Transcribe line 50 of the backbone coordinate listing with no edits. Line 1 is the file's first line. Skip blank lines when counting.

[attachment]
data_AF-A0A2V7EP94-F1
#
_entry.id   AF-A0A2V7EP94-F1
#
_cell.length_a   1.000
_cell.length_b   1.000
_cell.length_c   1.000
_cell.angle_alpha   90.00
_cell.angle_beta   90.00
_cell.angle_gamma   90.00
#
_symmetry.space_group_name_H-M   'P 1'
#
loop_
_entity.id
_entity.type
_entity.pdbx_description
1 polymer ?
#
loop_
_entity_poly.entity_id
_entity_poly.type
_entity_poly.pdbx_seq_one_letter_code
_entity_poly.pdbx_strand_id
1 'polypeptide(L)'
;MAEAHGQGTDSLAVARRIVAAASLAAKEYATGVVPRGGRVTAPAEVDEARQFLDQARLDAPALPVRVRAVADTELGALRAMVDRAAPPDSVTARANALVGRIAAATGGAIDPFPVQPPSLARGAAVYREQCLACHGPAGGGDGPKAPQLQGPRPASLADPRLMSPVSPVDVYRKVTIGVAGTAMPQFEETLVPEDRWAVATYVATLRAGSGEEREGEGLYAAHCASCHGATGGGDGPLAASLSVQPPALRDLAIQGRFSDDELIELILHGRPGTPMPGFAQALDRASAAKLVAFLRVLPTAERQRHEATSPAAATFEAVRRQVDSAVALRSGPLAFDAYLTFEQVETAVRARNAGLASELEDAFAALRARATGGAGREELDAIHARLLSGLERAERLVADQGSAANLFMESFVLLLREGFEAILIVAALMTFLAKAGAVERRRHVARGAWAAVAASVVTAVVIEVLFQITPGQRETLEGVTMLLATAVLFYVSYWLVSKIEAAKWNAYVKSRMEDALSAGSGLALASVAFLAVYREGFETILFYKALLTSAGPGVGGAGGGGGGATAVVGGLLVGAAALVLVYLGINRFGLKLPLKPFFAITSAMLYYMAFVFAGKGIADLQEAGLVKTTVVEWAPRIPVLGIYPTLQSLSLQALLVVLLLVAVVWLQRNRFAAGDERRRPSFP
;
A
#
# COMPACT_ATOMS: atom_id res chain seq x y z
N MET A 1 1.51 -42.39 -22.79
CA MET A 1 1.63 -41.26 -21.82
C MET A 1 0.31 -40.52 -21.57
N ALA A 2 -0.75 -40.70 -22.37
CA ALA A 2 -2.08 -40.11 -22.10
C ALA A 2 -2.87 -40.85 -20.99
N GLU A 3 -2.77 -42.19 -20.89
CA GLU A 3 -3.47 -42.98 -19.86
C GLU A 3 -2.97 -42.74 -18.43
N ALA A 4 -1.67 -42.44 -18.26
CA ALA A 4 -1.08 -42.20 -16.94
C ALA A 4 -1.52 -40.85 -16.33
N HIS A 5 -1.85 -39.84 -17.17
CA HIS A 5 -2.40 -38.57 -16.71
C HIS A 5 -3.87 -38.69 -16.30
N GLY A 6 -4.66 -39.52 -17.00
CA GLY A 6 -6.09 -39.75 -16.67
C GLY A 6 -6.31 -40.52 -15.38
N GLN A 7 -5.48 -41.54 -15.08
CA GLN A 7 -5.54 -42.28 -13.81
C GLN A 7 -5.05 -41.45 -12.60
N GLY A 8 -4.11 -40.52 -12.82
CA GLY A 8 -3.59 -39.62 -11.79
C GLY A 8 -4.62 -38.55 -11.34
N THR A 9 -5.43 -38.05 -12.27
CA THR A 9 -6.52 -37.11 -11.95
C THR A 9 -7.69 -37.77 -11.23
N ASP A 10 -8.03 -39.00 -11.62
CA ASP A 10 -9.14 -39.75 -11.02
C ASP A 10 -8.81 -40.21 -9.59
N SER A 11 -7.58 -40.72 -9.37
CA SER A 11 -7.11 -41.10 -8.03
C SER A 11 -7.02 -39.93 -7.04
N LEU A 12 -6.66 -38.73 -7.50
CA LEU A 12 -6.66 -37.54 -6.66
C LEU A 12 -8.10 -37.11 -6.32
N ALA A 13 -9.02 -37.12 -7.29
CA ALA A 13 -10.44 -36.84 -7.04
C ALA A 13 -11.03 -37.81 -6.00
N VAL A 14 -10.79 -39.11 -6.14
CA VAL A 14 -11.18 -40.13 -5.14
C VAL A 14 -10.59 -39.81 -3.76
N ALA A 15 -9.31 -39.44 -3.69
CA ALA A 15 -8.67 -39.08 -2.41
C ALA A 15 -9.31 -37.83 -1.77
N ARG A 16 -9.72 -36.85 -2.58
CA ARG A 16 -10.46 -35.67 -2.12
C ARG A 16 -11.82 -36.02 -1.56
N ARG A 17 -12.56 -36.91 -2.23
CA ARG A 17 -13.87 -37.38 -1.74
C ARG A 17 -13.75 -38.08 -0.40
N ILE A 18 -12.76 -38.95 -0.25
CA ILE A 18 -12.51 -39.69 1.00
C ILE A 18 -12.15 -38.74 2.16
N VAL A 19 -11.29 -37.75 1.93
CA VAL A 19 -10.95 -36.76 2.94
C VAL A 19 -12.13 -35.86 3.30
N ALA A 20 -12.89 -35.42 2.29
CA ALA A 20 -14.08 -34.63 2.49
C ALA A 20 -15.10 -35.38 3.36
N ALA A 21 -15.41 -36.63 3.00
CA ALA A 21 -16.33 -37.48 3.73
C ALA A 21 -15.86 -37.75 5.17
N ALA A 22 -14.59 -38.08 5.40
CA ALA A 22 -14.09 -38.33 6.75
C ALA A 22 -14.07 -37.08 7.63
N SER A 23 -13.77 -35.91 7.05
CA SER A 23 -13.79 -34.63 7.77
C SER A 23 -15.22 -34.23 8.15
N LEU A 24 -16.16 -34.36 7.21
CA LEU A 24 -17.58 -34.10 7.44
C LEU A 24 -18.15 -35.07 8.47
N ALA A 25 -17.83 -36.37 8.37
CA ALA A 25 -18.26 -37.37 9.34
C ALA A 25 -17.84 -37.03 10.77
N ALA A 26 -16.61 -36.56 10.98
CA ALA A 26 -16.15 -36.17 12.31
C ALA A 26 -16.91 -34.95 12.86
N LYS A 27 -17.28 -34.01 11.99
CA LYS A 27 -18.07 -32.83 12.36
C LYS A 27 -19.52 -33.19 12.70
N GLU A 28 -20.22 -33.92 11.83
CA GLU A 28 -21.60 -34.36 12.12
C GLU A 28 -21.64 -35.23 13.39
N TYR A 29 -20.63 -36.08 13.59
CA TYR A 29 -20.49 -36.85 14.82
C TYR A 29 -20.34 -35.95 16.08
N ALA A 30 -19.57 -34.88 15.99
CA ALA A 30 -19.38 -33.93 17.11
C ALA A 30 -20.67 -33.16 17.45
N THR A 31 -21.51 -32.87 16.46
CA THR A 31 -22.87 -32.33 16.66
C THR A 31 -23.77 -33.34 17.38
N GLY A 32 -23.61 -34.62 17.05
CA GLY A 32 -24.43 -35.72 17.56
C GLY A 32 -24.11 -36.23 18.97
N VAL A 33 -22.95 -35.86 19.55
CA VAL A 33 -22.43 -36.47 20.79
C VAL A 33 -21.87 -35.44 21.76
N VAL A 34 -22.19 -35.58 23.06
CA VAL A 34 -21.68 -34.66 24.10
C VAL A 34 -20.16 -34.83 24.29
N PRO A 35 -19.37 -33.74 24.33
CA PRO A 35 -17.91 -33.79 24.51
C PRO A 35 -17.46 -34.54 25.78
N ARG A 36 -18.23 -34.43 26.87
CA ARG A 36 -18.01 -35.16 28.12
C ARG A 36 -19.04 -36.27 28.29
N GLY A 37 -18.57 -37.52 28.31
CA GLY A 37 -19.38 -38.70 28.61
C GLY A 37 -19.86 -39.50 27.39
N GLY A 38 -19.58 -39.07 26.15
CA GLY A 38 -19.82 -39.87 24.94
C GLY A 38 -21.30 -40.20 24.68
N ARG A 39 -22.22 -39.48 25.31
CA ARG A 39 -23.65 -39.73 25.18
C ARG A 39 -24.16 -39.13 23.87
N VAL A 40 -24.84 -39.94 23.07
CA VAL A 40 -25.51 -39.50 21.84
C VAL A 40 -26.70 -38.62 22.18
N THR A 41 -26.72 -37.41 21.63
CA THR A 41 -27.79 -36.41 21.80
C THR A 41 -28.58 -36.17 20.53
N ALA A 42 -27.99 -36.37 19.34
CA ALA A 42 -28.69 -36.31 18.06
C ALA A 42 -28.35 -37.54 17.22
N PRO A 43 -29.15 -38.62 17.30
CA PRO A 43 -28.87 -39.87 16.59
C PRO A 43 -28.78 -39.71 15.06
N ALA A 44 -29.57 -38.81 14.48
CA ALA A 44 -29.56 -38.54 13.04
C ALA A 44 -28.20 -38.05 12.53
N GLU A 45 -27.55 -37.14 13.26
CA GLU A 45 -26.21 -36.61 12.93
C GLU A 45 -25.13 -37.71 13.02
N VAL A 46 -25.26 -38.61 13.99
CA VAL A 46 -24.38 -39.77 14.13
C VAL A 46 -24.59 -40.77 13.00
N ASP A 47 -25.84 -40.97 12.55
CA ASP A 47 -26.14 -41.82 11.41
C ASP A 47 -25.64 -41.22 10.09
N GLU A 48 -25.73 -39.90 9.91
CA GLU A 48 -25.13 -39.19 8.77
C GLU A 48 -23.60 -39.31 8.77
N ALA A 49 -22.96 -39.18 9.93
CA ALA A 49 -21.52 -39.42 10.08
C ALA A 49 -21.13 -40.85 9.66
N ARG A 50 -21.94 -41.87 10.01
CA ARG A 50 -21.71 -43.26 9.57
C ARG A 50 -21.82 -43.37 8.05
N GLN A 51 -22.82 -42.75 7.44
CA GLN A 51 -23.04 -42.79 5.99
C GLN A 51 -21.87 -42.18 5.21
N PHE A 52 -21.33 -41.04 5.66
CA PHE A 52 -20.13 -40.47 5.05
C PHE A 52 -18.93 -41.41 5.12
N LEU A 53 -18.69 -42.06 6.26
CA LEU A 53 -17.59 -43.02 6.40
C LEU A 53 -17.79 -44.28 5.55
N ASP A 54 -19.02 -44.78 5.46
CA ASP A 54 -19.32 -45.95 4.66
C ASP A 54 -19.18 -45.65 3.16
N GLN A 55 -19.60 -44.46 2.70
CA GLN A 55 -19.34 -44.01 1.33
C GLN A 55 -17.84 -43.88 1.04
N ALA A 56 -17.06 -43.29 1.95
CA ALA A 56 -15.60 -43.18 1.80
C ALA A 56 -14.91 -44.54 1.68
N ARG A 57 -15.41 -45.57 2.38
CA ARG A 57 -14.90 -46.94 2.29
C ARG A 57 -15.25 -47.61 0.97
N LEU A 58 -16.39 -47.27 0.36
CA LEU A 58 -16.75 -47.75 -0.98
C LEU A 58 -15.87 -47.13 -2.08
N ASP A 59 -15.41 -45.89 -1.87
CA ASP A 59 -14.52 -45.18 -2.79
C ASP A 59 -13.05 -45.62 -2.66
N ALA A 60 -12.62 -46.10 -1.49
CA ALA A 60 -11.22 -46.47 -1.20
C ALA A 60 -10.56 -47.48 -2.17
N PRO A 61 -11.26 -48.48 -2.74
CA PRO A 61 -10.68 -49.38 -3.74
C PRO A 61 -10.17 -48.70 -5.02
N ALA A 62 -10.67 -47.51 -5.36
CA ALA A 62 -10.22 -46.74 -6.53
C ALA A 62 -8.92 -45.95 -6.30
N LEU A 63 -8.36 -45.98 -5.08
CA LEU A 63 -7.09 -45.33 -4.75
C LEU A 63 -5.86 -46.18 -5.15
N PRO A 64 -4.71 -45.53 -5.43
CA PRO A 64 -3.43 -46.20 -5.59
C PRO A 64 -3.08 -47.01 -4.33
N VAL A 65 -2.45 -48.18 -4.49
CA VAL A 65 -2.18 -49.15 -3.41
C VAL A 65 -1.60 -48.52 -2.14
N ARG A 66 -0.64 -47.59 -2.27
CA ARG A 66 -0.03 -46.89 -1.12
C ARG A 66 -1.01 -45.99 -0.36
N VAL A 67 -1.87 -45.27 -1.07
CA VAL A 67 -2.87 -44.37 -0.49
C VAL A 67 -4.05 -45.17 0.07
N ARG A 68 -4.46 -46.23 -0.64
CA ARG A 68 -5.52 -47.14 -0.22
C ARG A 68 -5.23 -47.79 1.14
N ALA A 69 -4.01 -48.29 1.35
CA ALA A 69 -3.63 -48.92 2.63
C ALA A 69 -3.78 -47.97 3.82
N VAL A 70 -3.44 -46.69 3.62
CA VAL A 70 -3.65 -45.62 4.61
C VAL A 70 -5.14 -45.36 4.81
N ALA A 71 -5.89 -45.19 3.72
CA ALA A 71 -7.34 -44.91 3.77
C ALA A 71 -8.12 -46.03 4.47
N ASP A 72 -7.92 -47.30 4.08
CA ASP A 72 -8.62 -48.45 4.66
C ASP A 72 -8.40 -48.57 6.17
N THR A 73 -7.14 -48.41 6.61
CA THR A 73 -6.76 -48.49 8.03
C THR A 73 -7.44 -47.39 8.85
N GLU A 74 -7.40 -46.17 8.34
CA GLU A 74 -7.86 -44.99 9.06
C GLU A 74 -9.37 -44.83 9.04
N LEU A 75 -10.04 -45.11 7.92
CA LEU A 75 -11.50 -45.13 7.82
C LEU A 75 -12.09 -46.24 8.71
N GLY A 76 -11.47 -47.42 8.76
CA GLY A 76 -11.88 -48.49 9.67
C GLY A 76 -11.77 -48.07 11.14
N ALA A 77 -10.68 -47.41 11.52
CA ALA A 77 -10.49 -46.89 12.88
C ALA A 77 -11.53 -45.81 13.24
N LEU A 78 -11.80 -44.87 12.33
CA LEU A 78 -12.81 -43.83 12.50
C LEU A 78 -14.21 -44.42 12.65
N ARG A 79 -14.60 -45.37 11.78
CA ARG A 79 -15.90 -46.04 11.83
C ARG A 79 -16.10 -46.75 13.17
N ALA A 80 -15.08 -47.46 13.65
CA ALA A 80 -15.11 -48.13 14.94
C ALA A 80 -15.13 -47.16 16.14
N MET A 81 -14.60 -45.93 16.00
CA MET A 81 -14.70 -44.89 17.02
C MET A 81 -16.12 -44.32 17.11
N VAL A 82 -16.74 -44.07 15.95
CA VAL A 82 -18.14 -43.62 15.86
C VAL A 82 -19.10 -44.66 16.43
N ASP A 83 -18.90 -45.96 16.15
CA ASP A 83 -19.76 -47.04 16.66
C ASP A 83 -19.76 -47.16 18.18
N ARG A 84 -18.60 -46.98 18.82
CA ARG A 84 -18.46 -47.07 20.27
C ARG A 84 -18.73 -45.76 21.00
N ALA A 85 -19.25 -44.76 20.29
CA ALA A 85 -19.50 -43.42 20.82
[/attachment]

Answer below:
CA GLN A 7 -5.54 -42.28 -13.81